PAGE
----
Professor Tim Noakes has been found not guilty of unprofessional conduct.
For the past three years Noakes faced a charge of unprofessional conduct from the Health Professions Council of SA (HPCSA) after he, via Twitter, advised a mother to wean her newborn baby on to a low-carbohydrate, high-fat (LCHF) diet.
Noakes had advised Pippa Leenstra on Twitter, in February 2014, to wean her newborn baby on to a low carbohydrate, high fat (LCHF) diet.
This came after she had tweeted him and nutritional therapist Sally-Ann Creed about whether it was safe for mothers to be on the Banting diet while breast-feeding.
Noakes had replied on Twitter: “Baby doesn’t eat the dairy and cauliflower. Just very healthy high fat breast milk. Key is to ween baby on to LCHF.”
Claire Julsing-Strydom, a past president of the Association for Dietetics in South Africa (ADSA), lodged the complaint.
She previously testified Noakes had given incorrect medical advice in his tweet, which had not been based on evidence and could be life-threatening.
Noakes has not practised as a general practitioner for years but faces losing his medical licence if found guilty.
Throughout the trial Noakes has maintained that he is a scientist rather than a doctor.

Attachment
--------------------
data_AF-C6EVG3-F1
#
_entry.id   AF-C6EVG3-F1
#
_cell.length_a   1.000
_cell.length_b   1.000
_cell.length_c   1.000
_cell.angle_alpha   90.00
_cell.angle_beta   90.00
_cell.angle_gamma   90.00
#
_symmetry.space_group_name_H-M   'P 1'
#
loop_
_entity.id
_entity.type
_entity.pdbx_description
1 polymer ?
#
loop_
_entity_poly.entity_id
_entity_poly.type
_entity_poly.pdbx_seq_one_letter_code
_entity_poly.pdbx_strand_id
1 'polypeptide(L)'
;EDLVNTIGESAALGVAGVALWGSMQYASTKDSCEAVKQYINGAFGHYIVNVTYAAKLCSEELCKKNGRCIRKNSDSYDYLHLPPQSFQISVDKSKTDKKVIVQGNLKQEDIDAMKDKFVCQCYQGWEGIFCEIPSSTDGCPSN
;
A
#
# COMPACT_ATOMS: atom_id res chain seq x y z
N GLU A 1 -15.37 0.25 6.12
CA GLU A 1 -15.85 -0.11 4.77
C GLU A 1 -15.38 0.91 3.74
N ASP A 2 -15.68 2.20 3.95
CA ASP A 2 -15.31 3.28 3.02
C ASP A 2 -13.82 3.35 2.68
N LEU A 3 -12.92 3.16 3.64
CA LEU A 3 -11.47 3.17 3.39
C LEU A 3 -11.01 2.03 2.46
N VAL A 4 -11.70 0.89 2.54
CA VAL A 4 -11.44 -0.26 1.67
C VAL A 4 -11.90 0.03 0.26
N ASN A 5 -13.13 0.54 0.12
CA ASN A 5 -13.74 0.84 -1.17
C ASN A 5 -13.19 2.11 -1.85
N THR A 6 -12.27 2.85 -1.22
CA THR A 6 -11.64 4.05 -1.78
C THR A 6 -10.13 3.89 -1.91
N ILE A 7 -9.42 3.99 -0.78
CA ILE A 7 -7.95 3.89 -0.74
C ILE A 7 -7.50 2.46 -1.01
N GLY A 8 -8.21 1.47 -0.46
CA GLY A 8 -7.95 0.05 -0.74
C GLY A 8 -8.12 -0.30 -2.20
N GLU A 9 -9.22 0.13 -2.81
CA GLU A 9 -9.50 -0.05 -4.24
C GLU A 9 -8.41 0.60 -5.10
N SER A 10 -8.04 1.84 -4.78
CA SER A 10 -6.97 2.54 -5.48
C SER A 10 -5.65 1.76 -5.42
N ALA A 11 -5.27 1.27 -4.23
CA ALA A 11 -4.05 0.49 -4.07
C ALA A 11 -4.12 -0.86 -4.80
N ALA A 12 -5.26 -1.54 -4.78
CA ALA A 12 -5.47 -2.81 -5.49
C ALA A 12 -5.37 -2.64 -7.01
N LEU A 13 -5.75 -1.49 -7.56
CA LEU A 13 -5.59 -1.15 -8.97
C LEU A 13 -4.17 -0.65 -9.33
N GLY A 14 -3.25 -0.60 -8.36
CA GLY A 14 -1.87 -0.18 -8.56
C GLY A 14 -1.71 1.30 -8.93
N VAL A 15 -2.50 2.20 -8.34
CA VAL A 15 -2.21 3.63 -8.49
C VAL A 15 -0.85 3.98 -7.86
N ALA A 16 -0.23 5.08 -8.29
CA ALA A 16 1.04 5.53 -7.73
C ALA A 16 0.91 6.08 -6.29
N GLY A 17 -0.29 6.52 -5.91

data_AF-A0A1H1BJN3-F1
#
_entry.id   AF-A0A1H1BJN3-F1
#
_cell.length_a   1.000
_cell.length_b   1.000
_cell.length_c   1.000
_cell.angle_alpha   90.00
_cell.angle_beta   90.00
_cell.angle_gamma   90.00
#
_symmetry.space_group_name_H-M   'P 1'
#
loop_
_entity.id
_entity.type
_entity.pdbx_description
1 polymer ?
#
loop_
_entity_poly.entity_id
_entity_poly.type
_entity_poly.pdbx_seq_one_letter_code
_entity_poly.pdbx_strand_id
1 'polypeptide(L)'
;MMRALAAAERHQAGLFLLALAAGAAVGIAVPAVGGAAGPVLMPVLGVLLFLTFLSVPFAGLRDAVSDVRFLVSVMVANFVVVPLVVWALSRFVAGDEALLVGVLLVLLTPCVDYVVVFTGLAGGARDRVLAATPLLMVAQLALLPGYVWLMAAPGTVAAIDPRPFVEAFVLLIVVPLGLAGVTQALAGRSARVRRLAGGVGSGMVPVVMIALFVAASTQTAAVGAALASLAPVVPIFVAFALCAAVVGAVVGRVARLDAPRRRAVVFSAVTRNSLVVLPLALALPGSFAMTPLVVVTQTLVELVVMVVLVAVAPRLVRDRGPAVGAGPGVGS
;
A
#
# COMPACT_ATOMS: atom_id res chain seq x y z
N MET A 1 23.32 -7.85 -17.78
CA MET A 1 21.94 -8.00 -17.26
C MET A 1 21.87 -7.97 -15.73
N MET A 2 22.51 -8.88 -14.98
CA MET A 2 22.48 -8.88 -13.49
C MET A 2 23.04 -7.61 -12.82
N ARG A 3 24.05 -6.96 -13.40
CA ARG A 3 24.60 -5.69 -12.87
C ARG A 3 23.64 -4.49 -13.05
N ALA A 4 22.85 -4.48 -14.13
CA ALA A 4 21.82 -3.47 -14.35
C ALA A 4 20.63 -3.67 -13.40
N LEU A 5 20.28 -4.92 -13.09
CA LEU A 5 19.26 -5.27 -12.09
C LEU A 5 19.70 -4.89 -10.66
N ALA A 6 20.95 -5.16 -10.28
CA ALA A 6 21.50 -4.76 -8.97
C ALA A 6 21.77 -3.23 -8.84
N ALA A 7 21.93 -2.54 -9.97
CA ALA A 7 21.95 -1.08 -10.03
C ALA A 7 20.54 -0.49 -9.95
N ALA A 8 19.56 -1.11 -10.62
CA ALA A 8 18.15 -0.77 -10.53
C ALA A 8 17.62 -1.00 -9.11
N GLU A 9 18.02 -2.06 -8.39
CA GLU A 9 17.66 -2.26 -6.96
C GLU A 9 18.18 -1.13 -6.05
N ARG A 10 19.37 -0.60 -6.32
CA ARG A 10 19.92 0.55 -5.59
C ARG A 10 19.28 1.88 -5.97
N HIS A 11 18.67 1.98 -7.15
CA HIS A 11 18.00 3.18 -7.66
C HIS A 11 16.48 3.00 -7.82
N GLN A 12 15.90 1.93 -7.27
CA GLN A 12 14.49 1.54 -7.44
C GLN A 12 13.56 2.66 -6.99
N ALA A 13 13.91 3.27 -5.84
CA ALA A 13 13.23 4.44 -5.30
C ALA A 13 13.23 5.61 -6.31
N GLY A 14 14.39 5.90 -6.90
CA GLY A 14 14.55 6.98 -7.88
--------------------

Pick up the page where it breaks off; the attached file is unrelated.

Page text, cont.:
Last year he argued that had he been thinking of himself as a doctor he would have responded differently to the tweet that had landed him in hot water.
In earlier evidence, speaking of Leenstra, he said: “In my opinion she was writing to the two authors of the book, and how can you be in a doctor-patient relationship when the tweet is to two people, one of whom is not a medical doctor? That does not make sense to me.
“I do not see myself as a doctor. If I had been a doctor and I saw that tweet I would have responded differently. I would have asked her what the problem was, advise on treatment and told her who to go and see. I did not go that route, I went the scientific route and gave my scientific opinion,” Noakes said.
Throughout the trial Julsing Strydom has denied that her complaint to the HPCSA was motivated by resentment against Noakes.
She told a hearing into a charge of professional misconduct against the sports scientist that she was motivated by her desire to protect the public from Noakes's "dangerous" messages which were inconsistent and not evidence-based.